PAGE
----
[align=left]*Several species of Florida's native bromeliads are under attack by an invasive pest weevil, the Mexican Bromeliad Eating Weevil, Metamasius callizona, here in Florida it's called the Evil Weevil.[/align]

[align=left]*The Florida Council of Bromeliad Societies, the University of Florida, the Florida Department of Agriculture & Consumer Services, the Division of Plant Industry, and the Escuela Agricola Pananericana (El Zamorano, Honduras) are collaborating in an effort to manage weevil populations through biological controls. Populations of bromeliads and weevils are also being monitored at field sites in several state parks and natural areas.[/align]

[align=left]*Of Florida's 16 species of bromeliads, 13 are not found elsewhere in the United States, and one (Tillandsia simulata) is only found in Florida. The populations of Florida bromeliads are distinct from the West Indian populations from which they originated. There is also genetic variation among populations of certain species within Florida, particularly Tillandsia fasciculata. All of Florida's native species of bromeliads are epiphytic, though some species may sometimes be found growing terrestrially (Tillandsia utriculata and Tillandsia fasciculata).[/align]

[align=left]*At present, 576 weevil species are known from Florida, of which 526 are native, and a few of them are pests. Among the 50 species of foreign origin, 5 were introduced deliberately as biological control agents of weeds, the other 45 are immigrants.[/align]

[align=left]*Among the immigrants are some important pests, many of which arrived as stowaways in cargoes of plants and plant materials, were not detected by agriculture inspection, and established populations in Florida. Eleven of them, reported in the literature for the first time since 1970, are listed by Frank & McCoy in 1992. Alfalfa weevil, Apopka weevil (also called sugarcane rootstalk borer weevil), boll weevil, Fuller rose weevil, pepper weevil, and sweetpotato weevil are other pests that probably arrived as hitchhikers in cargoes. They are among the few weevil species in Florida that have been given English names, and that is because people encounter them commonly because their populations are large and they cause damage to crop plants. Hundreds of species of native weevils have not been given English names, and are poorly known, because they are interesting only to a few entomologists, not to the general public.[/align]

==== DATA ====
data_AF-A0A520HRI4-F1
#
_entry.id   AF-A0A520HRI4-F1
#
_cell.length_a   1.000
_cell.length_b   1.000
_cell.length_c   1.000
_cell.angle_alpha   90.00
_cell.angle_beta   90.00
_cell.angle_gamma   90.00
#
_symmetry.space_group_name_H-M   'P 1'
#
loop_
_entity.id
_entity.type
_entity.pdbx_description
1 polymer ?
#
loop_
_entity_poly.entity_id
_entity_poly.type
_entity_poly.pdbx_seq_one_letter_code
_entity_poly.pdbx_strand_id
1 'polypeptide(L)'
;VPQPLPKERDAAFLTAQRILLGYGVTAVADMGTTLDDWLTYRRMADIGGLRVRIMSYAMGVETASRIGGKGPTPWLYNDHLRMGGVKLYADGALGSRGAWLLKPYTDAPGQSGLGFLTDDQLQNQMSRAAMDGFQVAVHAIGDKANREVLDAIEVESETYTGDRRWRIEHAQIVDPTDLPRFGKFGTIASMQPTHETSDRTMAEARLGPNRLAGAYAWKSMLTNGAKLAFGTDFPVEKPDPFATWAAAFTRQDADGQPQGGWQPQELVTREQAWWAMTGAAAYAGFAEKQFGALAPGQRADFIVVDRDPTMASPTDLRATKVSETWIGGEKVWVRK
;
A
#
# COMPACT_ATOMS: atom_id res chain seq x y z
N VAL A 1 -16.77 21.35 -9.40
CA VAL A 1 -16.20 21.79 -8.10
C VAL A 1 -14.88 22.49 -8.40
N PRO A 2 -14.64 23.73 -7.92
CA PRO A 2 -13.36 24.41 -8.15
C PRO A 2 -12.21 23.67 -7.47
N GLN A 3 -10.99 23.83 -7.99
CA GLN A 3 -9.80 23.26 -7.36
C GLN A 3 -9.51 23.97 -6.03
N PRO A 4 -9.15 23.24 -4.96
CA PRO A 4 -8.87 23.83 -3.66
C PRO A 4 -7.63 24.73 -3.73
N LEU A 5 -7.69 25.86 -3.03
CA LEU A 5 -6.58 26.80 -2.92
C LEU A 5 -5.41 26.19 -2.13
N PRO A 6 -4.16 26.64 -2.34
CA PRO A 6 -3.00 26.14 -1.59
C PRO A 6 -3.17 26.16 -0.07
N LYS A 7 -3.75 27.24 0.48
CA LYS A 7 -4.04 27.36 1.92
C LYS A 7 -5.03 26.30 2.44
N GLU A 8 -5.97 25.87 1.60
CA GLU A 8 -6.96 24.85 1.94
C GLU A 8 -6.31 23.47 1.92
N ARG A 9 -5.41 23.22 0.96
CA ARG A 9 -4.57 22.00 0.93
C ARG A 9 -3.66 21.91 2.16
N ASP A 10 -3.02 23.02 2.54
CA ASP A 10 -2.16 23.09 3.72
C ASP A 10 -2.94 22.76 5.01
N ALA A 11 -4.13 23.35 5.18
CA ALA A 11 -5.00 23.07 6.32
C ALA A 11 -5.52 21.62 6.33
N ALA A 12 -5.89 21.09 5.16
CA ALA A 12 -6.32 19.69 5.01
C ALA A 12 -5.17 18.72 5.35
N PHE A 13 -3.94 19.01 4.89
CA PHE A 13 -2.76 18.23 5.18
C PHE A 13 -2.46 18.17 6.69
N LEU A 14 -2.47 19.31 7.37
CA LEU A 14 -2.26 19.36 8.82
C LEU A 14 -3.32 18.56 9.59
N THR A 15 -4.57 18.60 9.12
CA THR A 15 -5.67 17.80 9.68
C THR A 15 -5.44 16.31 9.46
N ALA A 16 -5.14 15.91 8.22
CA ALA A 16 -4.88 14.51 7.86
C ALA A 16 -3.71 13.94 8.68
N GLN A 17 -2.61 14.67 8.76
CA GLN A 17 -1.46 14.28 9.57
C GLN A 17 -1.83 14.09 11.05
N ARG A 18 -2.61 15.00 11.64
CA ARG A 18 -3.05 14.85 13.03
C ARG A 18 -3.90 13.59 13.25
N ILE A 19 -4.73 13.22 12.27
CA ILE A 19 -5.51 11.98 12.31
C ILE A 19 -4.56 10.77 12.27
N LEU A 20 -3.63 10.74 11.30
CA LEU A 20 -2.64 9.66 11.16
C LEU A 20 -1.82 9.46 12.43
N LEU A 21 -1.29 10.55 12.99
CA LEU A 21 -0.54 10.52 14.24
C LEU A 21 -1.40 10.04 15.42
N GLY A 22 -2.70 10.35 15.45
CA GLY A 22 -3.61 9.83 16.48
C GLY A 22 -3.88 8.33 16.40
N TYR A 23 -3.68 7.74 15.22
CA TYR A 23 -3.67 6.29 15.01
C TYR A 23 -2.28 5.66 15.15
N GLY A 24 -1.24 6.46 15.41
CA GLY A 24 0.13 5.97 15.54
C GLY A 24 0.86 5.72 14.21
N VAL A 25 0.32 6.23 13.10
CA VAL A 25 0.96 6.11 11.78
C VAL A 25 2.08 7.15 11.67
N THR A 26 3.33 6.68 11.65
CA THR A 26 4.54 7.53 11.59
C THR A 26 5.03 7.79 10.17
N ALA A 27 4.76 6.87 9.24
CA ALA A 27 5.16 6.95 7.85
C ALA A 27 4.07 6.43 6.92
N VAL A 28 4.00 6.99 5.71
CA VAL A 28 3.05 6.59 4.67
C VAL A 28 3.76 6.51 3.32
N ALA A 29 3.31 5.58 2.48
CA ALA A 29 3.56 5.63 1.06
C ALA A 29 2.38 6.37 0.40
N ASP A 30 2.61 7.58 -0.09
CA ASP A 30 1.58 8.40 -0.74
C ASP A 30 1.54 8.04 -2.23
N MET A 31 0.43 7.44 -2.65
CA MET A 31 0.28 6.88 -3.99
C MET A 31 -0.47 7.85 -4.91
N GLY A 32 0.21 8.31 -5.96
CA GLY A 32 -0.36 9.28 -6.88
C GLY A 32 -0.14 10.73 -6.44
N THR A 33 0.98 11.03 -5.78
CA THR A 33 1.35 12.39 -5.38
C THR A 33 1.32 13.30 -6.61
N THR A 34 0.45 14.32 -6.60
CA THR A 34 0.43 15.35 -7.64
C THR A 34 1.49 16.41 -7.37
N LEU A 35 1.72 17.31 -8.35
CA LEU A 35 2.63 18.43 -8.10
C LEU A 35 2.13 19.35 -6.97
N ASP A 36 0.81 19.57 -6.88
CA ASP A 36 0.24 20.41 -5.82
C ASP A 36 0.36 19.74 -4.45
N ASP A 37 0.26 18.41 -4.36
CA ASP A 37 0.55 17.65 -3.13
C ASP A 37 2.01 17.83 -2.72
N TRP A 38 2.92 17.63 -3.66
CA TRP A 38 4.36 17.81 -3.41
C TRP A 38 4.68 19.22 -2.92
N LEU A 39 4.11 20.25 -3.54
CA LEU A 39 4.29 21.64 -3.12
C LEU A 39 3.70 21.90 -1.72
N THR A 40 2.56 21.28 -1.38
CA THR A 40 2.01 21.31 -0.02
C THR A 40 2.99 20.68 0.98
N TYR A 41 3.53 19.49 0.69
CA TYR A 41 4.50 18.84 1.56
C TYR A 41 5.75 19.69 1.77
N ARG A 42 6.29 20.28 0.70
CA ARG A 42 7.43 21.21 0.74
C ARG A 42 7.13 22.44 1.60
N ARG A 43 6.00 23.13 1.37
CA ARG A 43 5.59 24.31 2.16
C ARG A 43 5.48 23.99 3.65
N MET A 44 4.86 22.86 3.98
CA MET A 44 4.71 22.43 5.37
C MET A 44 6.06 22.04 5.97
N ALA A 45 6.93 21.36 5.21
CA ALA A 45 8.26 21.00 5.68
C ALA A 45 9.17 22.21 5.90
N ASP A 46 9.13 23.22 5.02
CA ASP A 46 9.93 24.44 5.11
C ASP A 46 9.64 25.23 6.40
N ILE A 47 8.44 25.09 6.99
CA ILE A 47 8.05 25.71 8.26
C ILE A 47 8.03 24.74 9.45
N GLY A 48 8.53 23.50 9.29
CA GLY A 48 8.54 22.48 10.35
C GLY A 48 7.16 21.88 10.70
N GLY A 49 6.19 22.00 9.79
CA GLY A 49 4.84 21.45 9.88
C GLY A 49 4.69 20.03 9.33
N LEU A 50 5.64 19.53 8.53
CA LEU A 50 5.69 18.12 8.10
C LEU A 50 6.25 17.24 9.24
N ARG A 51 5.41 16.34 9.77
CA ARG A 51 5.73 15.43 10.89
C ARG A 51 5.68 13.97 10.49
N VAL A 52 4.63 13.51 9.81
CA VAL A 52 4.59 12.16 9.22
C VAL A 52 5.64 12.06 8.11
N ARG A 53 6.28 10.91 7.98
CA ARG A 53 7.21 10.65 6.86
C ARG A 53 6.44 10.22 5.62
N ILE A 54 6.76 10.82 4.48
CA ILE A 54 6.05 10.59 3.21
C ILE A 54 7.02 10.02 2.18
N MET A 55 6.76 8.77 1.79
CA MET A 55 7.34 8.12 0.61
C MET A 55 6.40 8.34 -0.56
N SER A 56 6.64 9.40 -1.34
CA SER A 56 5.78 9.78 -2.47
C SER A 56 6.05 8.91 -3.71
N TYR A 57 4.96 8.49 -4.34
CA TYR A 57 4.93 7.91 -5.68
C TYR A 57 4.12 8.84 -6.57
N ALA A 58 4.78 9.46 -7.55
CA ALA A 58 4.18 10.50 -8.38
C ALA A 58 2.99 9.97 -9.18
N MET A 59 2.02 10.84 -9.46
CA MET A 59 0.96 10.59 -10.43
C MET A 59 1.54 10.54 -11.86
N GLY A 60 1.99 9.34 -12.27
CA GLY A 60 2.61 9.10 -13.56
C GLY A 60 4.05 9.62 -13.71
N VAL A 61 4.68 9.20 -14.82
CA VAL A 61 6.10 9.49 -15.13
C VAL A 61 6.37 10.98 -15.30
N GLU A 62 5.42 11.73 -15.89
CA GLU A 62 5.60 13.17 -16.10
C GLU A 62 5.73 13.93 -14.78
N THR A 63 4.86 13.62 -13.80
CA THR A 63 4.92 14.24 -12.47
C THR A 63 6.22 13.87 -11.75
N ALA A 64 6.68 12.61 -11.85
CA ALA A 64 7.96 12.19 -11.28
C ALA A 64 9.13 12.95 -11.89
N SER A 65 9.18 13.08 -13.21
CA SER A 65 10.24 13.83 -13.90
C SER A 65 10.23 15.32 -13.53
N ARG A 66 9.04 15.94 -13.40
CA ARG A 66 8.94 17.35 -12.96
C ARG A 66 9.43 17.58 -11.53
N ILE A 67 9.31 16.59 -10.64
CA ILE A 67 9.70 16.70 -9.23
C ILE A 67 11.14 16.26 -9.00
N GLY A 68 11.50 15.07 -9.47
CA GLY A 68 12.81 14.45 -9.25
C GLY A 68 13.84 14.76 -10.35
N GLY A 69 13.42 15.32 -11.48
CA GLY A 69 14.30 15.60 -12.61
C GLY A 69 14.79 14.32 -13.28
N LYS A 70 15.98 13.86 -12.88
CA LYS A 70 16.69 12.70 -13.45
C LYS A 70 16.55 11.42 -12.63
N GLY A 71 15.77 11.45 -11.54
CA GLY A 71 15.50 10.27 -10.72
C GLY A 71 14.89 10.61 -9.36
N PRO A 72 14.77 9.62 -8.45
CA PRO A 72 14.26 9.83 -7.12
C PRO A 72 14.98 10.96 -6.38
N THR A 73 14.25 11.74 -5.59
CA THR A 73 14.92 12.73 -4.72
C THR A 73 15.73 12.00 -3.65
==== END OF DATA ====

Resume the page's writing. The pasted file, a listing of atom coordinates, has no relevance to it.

[align=left]*Five weevil species were introduced and released for biological control of aquatic weeds (hydrilla, waterhyacinth, waterlettuce, and watermilfoil) (Frank & McCoy 1993) and another more recently for control of Melaleuca (punk trees). Each of them is a specialized feeder on one of those weed species.[/align]

[align=left]*Florida now has three species of the genus Metamasius. One, M. mosieri, is a native, or at least has been in Florida for a long time. The second, M. hemipterus, is an immigrant detected in 1984 and attacks palms, banana plants, sugarcane, and pineapple; it has a wider range of hoast plants than do most Metamasius species. The third, M. callizona, detected in 1989, is also an immigrant, and attacks bromeliads. A fourth, M. monilis, which attacks orchids, was also an immigrant, but was eradicated soon after its in itial detection in a greenhouse in 1972. Rapid action by the Division of Plant Industry of the Florida Department of Agriculture and Consumer Services eradicated Metamasius monilis soon after it was detected, but detection was too late for M. hemipterus and M. callizona.[/align]

[align=left]*If you would like to know more, and how this turned out, please visit the website of the University of Florida. It's worth a click, and it's a good read: http://savebromeliads.ifas.ufl.edu/*[/align]

[align=left]*Thanks for your interest, John:http://www.freewebs.com/jacksbromeliads/[/align]